RADHICA DE SILVA
Faced with a possible community spread of COVID-19, independent paediatrician Dr David Bratt believes all public schools should stay closed if the Government fails to provide proper protective equipment for students and teachers.
During an interview with Guardian Media yesterday, Bratt said more people may be walking around with COVID-19 without knowing it.
He said the correct rate of infection in T&T remains unknown because of insufficient testing, noting the country had the third-lowest level of testing in the Caribbean.
“We are testing at a rate of 4,000 tests per million. Mauritius is an island with a similar population to us and they’re testing at a rate of 161,400 tests per million. They did 205,285 tests. We have done over 6,305 and over a thousand of those are repeated. We are one of the lowest in the world, only Haiti and Guyana are testing less than we are,” Bratt said in a telephone interview.
He recommended that schools be reopened in September only if the Ministry of Education provides all the protective equipment to keep the teachers and children safe.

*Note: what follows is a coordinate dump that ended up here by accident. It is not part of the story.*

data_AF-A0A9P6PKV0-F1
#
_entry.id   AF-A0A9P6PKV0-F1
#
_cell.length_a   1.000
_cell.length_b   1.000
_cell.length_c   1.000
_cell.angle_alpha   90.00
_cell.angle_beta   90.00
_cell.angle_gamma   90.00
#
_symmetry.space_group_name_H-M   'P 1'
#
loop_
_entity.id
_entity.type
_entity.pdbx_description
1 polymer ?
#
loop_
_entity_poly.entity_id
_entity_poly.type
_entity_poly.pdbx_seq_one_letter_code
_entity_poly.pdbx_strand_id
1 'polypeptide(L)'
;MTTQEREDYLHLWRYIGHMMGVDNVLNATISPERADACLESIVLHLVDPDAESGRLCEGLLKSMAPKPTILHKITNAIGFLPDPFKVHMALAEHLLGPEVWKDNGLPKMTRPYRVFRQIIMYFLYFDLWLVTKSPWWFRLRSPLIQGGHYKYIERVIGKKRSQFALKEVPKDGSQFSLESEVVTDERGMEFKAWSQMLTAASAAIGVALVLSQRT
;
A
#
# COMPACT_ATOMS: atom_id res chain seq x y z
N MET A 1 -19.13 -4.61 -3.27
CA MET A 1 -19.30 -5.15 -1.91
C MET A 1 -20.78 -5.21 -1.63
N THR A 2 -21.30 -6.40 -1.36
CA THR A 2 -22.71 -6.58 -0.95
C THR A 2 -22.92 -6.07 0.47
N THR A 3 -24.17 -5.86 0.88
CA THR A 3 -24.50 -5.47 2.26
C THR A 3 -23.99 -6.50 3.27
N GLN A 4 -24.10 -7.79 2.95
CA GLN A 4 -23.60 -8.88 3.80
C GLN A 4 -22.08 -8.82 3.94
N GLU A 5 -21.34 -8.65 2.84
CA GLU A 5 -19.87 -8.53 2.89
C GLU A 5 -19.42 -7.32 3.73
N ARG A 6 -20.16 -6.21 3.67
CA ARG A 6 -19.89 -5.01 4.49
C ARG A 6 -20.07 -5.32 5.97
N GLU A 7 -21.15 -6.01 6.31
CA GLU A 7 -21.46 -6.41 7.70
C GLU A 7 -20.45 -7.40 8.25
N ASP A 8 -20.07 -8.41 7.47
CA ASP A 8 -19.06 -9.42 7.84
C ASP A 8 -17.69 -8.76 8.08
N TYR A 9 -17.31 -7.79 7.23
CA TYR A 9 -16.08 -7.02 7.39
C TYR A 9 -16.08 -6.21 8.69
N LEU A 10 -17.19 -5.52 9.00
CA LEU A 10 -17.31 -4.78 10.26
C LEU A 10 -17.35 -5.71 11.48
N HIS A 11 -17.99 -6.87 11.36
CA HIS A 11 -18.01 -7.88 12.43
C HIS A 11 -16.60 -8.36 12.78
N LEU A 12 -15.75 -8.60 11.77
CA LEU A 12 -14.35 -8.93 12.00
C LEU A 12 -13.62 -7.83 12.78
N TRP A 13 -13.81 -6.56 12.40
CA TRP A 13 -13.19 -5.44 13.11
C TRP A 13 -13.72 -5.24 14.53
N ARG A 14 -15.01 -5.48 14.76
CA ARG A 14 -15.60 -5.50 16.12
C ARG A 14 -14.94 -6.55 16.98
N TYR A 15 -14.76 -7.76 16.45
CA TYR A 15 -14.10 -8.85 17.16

“That is a difficult problem and the main factor is whether the Government will supply the schools with equipment to ensure schools will open safely, such as hand sanitisers, equipment to screen children. Schools right now are not in a position to open. Private schools may open but public schools are overcrowded,” he said.
He added that many children with symptoms of COVID-19 were sent for testing but were turned away because they had no travel history.
Meanwhile, consultant physician Dr Joel Teelucksingh said the two recent cases highlight the importance of increased and aggressive testing, tracing and isolation, especially if borders are porous.
“Social distancing, masks and scrupulous hygiene involving handwashing are essential to break these chains of transmission. Most infections in children appear mild or asymptomatic and the chance for transmission remains low,” Teelucksingh said.
Asked whether schools should reopen and exams should be cancelled, Teelucksingh said, “There is no need to cancel exams yet but the ministry will have to ensure that schools are safe to return in September, including water and air quality, avoid AC units, have hand sanitisers available and keep desks apart.”
He noted that a proper assessment should be done before these decisions are taken.